Every athlete is familiar with loss of muscle fitness following an extended break in training. It's called "detraining" or "deconditioning". It occurs rapidly. For aerobic athletes, after two weeks of no training there is a measurable drop in VO2max. After four weeks, there can be a 6% drop; after 9 weeks a 19% drop. As we age, detraining occurs even more rapidly. Even though deconditioning is very discouraging, what is amazing is your muscles have developed sophisticated mechanisms to help us get back to our previous level of fitness in a much shorter time. The mechanism is called "muscle memory". Although a muscle may not be used for an extended period of time the muscle retains a heightened sensitivity to exercise when it has previously been trained.
What causes muscle memory? How long does it last?
A recently published study provides new answers and insights. In the study, 19 men and women (average age 25) underwent 10 weeks of strength training in a single limb. The other limb served as a control. This was followed by 20 weeks without training. After 20 weeks a resistance exercise session was performed in both legs and multiple parameters including genes and metabolic signals involved in muscle growth and performance, were measured to determine if they were influenced by previous training. The scientists found genes involved in muscle adaptation, including protein synthesis, were impacted by previous training. They were quickly reactivated even after 20 weeks of no training, which may explain the biochemical basis of "muscle memory".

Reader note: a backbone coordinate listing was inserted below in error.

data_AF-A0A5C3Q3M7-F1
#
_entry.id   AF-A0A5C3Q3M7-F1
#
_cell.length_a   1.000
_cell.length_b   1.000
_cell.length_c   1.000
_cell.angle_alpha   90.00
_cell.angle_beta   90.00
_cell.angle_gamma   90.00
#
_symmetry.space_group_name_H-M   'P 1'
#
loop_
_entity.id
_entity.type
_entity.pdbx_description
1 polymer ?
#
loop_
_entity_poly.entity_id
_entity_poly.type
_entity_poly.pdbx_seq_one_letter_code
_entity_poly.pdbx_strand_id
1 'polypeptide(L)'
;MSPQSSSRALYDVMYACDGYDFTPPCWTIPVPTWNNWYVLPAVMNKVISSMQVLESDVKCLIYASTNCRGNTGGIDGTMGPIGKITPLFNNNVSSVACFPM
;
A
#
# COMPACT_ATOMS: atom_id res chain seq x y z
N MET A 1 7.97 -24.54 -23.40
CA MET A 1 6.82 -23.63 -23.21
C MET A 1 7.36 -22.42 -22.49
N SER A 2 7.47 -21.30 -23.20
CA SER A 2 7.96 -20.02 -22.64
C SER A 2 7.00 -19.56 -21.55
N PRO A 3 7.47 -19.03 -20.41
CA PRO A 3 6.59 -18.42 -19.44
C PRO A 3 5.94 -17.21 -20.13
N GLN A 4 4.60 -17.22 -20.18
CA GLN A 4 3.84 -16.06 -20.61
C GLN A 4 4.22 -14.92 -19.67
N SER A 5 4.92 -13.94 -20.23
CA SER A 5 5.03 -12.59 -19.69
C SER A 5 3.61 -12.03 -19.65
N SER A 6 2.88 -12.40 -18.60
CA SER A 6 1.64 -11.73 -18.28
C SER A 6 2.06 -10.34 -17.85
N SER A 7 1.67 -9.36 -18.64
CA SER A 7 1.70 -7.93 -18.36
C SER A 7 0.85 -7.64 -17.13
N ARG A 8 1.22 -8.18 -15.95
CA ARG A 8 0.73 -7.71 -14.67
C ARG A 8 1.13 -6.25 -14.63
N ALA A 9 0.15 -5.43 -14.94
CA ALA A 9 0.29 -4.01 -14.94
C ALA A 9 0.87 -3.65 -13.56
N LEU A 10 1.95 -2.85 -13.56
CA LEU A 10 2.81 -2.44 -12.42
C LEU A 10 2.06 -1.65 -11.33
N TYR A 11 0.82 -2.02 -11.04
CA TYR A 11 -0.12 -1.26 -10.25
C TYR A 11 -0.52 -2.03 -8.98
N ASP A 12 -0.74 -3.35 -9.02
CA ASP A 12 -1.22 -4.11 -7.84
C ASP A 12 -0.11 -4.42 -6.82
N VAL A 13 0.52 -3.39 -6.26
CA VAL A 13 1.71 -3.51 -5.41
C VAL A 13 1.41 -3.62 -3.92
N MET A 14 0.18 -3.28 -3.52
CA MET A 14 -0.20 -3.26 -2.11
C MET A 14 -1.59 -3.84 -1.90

This study involved a deconditioning interval of 20 weeks in younger individuals. The obvious questions to be answered are how long muscle memory is maintained and what is the impact of age.